Liquid light process

The projected was called MAN, WOMAN

& MACHINE and my outcome was about

the German articles “Der, Die, Das”. It is

very interesting that this articles are

male, female and thing-articles. For

example the objects I used in my work:

The flower = die Blume=female

The apple = der der Apfel = male

The butterfly = der Schmetterling = male

The cigarette = die Zigarette = female



The ball = der Ball = male

The ladybird = der Marienkaefer = male

The shell = die muschel = female

The button =der Knopf = male

And I also took a special triangle shape

from Leonardo da Vinci and his artwork

“The last Supper”. Because the triangle

shape with the top up means “male” and

with the top down means “female”.

So I took these shapes to create a

sculpture out of it. In the female shapes


are female objects and in the male

shapes the male objects. Further on I

used a special photography technique,

which is called “Liquid Light” process.


A technique where you can apply the process to a surface of your own choice

Liquid Light is probably one of the

coolest inventions in photographic

history. It basically allows you to print

photographs onto anything and

everything using standard darkroom

procedures. You can print on wood,

metal, glass, walls, even eggs!

Safe Light
Use a dark yellow, light amber or red safelight while coating but when emulsion is drying and for storage total darkness is recommended.
At room temperature, liquid light is a solid gel and before use the bottle must be soaked in a container of hot water until it becomes a liquid at about 110 Deg F. It is not necessary to melt the entire contents if only a portion is to be used as the mixture is of a similar consistency throughout and in fact shaking the bottle will cause bubbles to form which can effect the application of the emulsion. Use containers and tools made only from plastic, rubber, enamel, stainless steel or glass. (Other metals such as plain steel or brass may contaminate the emulsion. Temperature and humidity in the darkroom should be moderate.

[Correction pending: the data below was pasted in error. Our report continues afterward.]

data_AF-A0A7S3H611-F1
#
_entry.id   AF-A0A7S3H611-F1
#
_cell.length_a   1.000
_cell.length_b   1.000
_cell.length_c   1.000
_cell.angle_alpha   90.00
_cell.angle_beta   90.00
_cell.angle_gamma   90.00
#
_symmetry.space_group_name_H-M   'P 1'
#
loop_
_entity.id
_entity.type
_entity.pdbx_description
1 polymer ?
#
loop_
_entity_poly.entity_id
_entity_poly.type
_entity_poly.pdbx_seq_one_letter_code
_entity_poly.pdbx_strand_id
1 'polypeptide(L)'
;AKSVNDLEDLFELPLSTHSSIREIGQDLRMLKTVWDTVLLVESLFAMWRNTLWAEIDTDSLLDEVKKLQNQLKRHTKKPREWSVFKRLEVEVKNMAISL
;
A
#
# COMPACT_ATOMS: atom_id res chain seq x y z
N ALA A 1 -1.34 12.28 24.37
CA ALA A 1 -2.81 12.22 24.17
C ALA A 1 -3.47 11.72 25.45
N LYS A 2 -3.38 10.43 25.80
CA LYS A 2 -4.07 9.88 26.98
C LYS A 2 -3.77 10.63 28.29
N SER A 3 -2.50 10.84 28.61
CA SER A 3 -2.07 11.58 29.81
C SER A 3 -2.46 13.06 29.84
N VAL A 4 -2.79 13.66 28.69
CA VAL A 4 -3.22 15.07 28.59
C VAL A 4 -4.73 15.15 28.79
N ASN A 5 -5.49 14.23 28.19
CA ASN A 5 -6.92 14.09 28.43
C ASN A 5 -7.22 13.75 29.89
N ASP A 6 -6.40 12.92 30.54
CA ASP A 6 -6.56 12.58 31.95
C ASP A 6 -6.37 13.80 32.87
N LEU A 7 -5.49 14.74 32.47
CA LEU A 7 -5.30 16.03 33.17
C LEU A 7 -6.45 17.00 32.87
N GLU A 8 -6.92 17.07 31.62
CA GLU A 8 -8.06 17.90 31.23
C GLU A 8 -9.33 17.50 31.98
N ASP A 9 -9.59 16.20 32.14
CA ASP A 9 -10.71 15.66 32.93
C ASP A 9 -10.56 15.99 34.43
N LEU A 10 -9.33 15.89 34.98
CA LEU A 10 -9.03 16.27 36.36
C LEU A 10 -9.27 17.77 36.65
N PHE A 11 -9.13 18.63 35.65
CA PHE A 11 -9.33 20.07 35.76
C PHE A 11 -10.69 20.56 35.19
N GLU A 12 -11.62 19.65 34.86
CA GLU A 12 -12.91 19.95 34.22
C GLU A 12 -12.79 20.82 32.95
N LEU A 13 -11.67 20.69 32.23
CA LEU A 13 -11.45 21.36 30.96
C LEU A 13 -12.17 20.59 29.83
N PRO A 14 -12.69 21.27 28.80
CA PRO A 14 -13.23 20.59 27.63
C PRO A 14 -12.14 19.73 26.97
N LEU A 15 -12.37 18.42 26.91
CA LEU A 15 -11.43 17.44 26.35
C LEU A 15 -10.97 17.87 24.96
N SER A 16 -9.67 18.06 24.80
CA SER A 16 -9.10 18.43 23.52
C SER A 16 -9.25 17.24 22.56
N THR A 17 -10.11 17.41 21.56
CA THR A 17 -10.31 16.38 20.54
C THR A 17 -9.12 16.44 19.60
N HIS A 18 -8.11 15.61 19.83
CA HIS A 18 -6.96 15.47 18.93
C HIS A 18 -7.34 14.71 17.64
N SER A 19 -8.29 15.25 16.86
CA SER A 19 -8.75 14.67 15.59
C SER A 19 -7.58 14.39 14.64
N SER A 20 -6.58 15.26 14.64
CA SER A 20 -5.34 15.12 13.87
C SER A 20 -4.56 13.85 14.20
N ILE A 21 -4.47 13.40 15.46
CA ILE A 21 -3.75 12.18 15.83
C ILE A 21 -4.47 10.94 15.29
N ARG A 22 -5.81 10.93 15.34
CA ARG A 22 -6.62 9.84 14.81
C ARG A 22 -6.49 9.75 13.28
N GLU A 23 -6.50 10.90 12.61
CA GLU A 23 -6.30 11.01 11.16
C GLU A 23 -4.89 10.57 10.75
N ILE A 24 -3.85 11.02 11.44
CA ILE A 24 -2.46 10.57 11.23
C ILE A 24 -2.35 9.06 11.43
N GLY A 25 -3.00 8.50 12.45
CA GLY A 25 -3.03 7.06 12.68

Increasing density and sensitivity
A small, precisely-measured amount of paper developer added to liquid light just before use will give maximum speed and contrast. Add exactly one part of working developer to 10 parts of liquid light. Example: Add 15ml of dektol, Neutol or equivalent diluted 1-2 (Not stock or concentrated solution) to 150ml of liquid light. Mix well, an coat this mixture during the same day. (Once coated and dried, material can be stored of an indefinite period).

The experiment below shows the B/W results on yellow paper wile you can still see the thick "brush-lines".

How it works:

Applying liquid emulsion
Use a brush, small sponge or a nap type paint applicator, by using a paint roller, spray gun, or by flowing on the emulsion and draining off the excess. At the same time, coat a few pieces of paper or file cards with the same mixture to serve as test strips to calculate the correct exposure. Like paint, too thin a coating of liquid light will show streaks and brush stokes. If an even coating is required, two thin coats will cover better than one and the second can be applied after the first has become tacky or dried. As you are applying the solution, remember to keep the emulsion warm in a water bath as it will begin to set again if it becomes cool.


Liquid light can be exposed once it is dry by using an enlarger, contact printing, or by a slide projector. Liquid light is slower than normal enlargement papers and requires a longer exposure time.

Suggested exposure for an 8×10 from a 35mm neg enlarged full frame is about 40sec @ f5.6. If using an enlarger for large works, you will need to reduce the amount of light projected on to the surface,and this can be done by tapping a piece of black stiff card over the front lens with a hole 1/8 inch diameter cut in the middle to act as a diaphragm that limits light out put and sharpens the image.

Processing liquid emulsion – development

For preparations on paper, develop like a normal print in a tray, or for other surfaces paint the developer on with a brush or sponge. A developer like Dektol or Neutol should be used diluted 1 part with 2 parts water. It is important that while the temperature of the developer is warm it is not above 70 deg F or 21 deg C. to avoid melting of the emulsion.

For large surfaces where the developer must be applied to a portion of the print at a time, even out the development by first wetting the emulsion with cool water.


Do not rinse with water or use a stop bath after developing. Use two consecutive identical hardening fixer baths. The first acts as a short stop; immerse for a few seconds to neutralize the developer. Next place in the second bath for 10 min or more until the chalky white pigment disappears, leaving the highlights completely transparent. (The second fixer should always be new and some agitation should be used).


Wash in the normal manner for at least 10 min in running water.